Bill Hass on the ACC: Taylor Leads Hokies to ACC Title with Surgical Precision
Dec. 5, 2010
By Bill Hass
CHARLOTTE, N.C. – A week before the Dr Pepper ACC Championship football game, Florida State’s Jimbo Fisher was asked if there was a way to contain Virginia Tech quarterback Tyrod Taylor.
“Can we play 13 (defenders)?” Fisher asked with a chuckle.
Perhaps 15 might have helped. Mixing a few spectacular plays with the poise and savvy of being a senior quarterback, Taylor capped one of his best career performances by leading the Hokies to a 44-33 win over the Seminoles at Bank of America Stadium Saturday night.
The win earned Tech the ACC’s berth in the Discover Orange Bowl.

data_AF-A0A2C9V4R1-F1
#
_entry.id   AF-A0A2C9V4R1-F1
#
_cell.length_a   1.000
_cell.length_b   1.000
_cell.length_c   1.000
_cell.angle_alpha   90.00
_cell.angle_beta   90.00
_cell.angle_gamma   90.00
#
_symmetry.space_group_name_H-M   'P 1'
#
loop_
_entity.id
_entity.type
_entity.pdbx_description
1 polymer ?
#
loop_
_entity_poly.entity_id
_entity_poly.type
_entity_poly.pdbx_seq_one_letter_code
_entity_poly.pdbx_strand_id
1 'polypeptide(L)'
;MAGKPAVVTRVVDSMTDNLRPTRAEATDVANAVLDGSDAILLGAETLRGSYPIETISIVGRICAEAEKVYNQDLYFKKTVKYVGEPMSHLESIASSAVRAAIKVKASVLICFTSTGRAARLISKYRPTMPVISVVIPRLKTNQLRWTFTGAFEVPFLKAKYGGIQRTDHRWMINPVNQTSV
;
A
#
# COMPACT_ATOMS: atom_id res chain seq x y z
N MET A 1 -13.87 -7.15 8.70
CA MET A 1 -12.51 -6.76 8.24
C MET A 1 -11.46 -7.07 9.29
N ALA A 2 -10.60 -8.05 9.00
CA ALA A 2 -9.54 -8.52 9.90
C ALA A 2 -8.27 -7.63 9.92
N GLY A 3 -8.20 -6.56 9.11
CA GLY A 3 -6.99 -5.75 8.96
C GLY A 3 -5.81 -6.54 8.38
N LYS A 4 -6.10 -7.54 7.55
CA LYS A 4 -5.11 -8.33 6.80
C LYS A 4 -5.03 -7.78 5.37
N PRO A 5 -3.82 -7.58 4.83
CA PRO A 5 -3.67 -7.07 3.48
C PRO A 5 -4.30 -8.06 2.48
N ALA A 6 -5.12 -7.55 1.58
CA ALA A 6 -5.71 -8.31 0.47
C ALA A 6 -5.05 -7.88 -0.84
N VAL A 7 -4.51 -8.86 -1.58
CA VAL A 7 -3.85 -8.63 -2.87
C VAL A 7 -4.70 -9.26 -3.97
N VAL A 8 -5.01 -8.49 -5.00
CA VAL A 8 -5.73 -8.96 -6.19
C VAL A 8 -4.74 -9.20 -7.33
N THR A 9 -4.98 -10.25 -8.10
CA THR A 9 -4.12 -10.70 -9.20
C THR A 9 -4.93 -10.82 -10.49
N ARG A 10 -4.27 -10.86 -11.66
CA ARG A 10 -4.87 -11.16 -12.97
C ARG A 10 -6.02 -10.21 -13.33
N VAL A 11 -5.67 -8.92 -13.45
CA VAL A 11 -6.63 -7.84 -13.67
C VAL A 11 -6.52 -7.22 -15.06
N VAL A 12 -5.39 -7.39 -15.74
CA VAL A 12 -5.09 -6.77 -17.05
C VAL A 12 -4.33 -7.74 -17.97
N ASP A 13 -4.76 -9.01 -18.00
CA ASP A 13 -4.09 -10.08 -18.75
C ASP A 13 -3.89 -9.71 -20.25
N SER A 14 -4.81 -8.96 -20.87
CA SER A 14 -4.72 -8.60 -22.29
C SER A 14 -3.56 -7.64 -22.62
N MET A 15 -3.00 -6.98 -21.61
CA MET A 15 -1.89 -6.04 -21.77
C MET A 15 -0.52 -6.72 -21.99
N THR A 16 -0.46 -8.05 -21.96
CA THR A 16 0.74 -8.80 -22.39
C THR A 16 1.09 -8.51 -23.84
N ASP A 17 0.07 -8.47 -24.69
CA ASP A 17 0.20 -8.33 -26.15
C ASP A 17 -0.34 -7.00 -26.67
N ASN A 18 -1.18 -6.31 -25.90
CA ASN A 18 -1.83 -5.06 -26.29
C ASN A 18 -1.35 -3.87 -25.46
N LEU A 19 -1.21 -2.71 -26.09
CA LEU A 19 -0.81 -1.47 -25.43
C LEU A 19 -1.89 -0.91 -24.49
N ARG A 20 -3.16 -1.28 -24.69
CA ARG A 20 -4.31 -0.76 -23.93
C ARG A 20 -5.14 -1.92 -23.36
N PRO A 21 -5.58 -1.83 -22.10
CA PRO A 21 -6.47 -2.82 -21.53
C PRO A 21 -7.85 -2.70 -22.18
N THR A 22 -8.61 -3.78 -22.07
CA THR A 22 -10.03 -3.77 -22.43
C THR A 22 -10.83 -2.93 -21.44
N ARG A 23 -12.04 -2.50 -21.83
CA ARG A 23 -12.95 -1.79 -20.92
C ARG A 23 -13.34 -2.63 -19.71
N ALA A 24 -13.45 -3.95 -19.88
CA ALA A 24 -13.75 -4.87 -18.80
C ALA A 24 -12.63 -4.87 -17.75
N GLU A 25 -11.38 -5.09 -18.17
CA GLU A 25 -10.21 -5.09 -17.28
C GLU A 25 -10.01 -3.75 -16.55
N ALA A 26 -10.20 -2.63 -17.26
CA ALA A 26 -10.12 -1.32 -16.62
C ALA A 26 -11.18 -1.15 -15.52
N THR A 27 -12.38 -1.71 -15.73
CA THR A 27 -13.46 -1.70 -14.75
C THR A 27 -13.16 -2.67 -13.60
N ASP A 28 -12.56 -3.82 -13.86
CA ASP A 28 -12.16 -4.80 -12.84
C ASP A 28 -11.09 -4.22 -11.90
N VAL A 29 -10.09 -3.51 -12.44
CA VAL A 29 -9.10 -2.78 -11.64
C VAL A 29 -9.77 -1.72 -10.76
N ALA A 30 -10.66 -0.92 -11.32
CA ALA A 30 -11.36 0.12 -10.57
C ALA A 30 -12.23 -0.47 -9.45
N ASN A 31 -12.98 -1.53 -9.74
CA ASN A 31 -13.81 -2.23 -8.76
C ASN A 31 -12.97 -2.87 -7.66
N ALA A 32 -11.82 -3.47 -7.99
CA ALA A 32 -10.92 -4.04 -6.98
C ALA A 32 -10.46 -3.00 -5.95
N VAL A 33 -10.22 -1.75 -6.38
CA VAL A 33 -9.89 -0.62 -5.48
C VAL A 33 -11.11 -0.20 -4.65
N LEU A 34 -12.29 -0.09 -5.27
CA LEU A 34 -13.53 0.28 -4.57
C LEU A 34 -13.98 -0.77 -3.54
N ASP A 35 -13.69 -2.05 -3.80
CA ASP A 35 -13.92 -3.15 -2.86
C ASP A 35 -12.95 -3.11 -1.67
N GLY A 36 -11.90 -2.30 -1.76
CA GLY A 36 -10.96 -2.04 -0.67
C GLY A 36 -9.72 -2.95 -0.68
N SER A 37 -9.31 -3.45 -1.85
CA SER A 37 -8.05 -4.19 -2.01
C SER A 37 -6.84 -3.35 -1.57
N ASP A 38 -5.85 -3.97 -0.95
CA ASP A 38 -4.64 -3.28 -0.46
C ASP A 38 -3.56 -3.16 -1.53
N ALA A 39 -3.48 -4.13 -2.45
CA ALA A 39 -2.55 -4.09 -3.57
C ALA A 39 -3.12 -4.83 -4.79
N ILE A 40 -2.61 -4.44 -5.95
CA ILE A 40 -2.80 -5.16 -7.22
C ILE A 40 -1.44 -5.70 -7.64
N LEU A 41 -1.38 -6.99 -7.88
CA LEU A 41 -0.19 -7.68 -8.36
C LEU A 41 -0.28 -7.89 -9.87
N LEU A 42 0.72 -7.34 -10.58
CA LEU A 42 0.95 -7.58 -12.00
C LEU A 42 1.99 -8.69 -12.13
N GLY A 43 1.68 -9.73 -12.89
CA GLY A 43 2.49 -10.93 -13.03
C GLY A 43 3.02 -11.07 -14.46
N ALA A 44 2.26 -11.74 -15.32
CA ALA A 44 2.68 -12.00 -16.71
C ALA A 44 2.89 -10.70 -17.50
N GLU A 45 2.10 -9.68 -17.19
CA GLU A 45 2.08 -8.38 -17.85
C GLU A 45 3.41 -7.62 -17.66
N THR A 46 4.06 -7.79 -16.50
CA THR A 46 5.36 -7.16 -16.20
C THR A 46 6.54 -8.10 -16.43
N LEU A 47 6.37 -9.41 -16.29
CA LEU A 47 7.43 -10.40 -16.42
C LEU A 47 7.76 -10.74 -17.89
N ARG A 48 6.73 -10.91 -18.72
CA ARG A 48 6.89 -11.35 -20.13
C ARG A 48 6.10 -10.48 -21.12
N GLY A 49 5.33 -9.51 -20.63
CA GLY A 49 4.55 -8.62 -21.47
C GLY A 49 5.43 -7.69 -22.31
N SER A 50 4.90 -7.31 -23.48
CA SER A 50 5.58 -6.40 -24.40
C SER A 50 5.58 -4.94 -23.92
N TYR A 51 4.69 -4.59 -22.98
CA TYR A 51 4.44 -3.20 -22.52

Taylor, voted the game’s most valuable player, dissected FSU with the skill of a surgeon, throwing for three touchdowns and running for another. Once Virginia Tech got the lead, Taylor helped keep the Seminoles in a position of playing catch-up all night, answering all their scores by leading the Hokies to another.
The game’s most telling statistic was third down conversions. The Hokies converted an astounding 13 of their first 15 chances, most of them because of Taylor’s ability to throw pinpoint passes to the right receiver at the right time.
“The feeling that you have over there on the sideline,” said Tech coach Frank Beamer, “is you feel like he’s going to do the right thing with the ball, he’s going to make good decisions, and this next play may be a big one. That’s a good feeling to have over there.”
Florida State’s defensive plan was to be disciplined, with the linemen and linebackers staying in their gaps to limit Taylor’s scrambling and force him to throw the ball.
“That’s the key to it – don’t get past him, let him come to you,” defensive end Markus White said before the game.